Food Labeling Infographics

Are you aware that if you buy a product sold as trans fat free, you could still be consuming a substantial amount of this unhealthy substance?

Deceptive labeling practices could lead to medically significant consumption of harmful trans fat, in spite of what is stated on FDA approved labels.

In fact, failure to identify high-risk foods could cause people to go over the recommended daily value of 1.11 grams of trans fat coming from processed food items and result in long term, adverse health side effects.

Trans fat consumption is a recognized public health concern. Leading health organizations recommend trans fats be consumed in limited quantities. Even so, existing FDA labeling policy keeps the public from being able to access the real quantity of trans fat found in food products.

Existing law makes it necessary that fat content in excess of 5 grams be stated in increments of 1 gram, under 5 grams be stated in increments of .5 gram, and less than .5 grams as having zero grams of fat.  Which means, if a product contains .49 grams of trans fat, the label could show the amount of trans fat as zero, and so hiding a substantial quantity of trans fat which could go over recommended limits and possibly result in a variety of adverse health effects.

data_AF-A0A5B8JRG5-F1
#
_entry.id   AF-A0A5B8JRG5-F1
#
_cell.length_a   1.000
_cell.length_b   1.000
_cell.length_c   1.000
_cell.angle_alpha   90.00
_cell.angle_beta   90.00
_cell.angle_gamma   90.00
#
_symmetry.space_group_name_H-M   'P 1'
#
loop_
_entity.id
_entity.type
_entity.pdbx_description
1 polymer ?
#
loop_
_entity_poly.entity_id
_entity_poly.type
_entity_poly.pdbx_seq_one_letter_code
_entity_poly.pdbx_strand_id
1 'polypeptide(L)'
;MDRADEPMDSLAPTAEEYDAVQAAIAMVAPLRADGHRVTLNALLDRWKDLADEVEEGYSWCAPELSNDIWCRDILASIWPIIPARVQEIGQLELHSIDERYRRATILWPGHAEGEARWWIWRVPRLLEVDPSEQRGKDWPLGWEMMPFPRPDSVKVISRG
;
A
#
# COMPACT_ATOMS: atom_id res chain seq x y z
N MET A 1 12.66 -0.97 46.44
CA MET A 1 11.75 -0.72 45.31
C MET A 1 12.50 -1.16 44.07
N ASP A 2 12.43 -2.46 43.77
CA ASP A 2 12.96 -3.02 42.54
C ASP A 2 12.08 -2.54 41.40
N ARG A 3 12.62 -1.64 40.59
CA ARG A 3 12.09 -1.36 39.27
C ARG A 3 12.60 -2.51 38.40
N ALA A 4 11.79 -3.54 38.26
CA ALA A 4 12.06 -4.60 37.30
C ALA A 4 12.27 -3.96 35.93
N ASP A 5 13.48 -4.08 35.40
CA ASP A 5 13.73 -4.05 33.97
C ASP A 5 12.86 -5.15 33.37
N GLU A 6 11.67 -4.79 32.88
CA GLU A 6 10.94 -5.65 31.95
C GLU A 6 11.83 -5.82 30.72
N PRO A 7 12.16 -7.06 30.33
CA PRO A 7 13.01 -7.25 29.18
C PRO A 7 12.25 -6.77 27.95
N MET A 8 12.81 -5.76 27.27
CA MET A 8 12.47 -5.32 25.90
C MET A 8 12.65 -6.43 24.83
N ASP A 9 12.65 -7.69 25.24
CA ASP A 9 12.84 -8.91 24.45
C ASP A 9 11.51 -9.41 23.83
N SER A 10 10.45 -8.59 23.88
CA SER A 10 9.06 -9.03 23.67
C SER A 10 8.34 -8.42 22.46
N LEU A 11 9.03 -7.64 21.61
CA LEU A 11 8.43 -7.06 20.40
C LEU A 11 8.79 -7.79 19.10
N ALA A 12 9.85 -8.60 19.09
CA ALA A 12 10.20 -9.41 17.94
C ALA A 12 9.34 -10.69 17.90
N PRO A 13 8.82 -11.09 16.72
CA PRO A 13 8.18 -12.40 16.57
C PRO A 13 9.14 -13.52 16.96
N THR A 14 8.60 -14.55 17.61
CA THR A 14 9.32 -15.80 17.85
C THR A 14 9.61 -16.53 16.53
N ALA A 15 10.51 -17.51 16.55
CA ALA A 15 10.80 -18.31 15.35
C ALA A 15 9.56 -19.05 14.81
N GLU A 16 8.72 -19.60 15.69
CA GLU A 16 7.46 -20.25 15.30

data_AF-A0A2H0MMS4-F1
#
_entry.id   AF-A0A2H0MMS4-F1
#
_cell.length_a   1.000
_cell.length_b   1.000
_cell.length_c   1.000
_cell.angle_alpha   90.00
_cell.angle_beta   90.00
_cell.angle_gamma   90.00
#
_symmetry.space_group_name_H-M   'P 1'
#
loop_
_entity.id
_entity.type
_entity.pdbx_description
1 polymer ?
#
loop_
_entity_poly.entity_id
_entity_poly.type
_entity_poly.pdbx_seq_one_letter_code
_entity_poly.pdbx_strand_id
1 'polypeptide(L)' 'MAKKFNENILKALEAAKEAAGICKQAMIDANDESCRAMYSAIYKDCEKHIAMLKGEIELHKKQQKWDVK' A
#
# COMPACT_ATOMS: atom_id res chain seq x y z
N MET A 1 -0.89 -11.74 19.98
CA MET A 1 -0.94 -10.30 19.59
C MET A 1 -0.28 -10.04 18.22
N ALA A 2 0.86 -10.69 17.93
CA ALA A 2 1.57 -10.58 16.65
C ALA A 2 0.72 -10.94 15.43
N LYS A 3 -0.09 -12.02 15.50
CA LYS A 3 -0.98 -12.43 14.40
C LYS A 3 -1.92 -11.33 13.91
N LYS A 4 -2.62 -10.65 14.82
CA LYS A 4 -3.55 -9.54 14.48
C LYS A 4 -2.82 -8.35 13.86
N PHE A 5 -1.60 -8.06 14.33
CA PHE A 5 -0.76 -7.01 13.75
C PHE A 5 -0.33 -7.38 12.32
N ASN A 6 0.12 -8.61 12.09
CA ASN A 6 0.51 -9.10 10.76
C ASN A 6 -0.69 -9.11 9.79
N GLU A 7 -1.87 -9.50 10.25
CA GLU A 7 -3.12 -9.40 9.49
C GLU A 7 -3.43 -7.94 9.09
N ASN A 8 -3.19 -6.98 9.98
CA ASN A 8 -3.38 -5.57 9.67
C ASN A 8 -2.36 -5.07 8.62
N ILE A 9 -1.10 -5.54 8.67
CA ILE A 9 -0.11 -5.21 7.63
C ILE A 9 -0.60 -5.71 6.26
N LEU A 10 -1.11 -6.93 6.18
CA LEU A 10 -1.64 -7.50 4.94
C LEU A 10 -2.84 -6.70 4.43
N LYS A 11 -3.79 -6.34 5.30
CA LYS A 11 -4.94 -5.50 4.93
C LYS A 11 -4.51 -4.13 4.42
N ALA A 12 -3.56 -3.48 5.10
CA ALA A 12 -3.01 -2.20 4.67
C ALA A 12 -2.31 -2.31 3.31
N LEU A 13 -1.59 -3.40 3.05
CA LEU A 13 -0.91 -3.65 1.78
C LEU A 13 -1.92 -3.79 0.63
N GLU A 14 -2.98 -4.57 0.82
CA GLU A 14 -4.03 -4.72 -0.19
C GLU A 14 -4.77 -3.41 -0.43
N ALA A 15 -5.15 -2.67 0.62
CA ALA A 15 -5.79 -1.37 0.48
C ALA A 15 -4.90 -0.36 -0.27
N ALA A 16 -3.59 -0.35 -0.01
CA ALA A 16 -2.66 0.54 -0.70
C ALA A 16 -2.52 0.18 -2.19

Food Labeling Infographic

Consumption of trans fat has been associated with increased risk of sudden cardiac death, coronary artery disease, and diabetes. Because the recommended daily quantity of trans fat coming from processed food items is just 1.11 grams, an individual would only have to consume a small number of deceptively labeled trans fat food items to go over the recommended healthy intake.

As little as 3 deceptively labeled trans fat food items would exceed the recommended healthy intake; for instance, consuming 3 serving sizes each having .49 grams of trans fat would total 1.47 grams. In spite of what appears to be a small quantity of trans fat to ingest, studies have shown that an increase of daily consumption of trans fat from .9% to 2.1%, or from 2 to 4.67 grams, will result in an increase of an individual’s cardiovascular disease risk by 30%.

Food Labels Infographic

Image Source: ReuseThisBag

References: DOI:10.4278/ajhp.100603-CIT-174

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